We’re extremely fortunate to have people like Tom in our borough, so when you see Tom around the borough, please don’t hesitate to thank him for his generous donation of time and resources to the park.
Re. the Biddle Tract: Intent is at issue
To the Editor:
Facts matter and the co-founders of Swarthmore 21 are misinformed and wrong. It is intent, not motive, at issue.
At the November 2017 public council meeting my written and videotaped remarks to borough council proposed that either Council should not sign any waivers, or in the alternative, Council should sign waivers for all the properties under the restrictive covenant that are appropriately zoned. Further, my intent has been consistent when speaking with other business owners, elected officials, and other interested persons. Easily holding more than one thought, my position is consistent with the intention of the original signers of the deed: that Swarthmore College intended that no alcohol be sold within the Clement Biddle land purchase. Since 1892, the college has not changed their intention. It is not really a Biddle prohibition, rather a contractual clause running with the land enforceable still by the college!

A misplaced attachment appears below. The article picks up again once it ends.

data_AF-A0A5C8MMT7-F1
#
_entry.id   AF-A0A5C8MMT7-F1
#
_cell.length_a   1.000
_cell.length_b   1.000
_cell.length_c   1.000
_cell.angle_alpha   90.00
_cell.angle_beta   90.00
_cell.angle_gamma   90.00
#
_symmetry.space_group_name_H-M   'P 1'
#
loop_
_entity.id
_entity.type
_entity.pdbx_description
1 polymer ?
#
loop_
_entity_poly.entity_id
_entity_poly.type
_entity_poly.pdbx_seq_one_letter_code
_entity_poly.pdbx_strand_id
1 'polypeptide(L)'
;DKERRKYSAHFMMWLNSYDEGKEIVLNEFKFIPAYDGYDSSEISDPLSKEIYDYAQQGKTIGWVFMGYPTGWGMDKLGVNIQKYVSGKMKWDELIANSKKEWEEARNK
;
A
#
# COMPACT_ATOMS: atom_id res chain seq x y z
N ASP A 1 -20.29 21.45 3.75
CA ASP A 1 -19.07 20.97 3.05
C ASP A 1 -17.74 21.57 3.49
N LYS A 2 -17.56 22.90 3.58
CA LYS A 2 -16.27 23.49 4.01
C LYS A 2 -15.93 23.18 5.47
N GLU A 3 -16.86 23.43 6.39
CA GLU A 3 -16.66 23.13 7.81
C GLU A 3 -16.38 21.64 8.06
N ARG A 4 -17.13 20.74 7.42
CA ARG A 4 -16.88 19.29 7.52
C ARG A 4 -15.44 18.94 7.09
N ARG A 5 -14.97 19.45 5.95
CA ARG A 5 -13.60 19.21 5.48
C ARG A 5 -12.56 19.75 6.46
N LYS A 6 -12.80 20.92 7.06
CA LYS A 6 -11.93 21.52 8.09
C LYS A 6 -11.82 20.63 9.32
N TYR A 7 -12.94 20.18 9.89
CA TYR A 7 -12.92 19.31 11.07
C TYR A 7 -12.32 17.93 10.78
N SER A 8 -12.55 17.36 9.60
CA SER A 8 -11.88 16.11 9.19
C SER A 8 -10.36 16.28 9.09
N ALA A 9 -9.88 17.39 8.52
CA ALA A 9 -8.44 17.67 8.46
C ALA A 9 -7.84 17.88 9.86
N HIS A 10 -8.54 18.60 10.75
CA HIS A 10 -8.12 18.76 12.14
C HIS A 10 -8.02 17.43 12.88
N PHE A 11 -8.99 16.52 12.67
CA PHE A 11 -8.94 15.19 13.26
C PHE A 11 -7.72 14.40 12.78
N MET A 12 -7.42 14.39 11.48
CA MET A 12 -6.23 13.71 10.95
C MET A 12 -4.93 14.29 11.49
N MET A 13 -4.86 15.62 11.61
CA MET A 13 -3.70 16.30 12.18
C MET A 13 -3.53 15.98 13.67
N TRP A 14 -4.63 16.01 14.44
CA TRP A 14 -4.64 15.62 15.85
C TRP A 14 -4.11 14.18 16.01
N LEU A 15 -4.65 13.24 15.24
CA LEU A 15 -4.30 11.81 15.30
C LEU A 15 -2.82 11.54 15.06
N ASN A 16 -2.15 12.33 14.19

My intention has been consistent for nearly 20 years from the initial RFP circulated by borough council on behalf of Swarthmore College and alcohol sales, favoring open meetings and a broader community involvement. Further, at no time did I oppose alcohol sales per se, and if it happens in the borough no single institution or business should be favored. If change does happen, then naturally my self-interest seeks the alleged benefit that others would enjoy.
But if the founders of Swarthmore 21 do suspect motives, then why do they look away from the actors? The Co-Op has no business plan and yet submitted a bid to purchase a liquor license even before obtaining a legal determination on the restrictive covenant. Co-Op drafted but did not circulate a ballot to shareholders. The Co-Op refuses to disclose this information to a shareholder, so where is their transparency? As a shareholder, my requests were denied.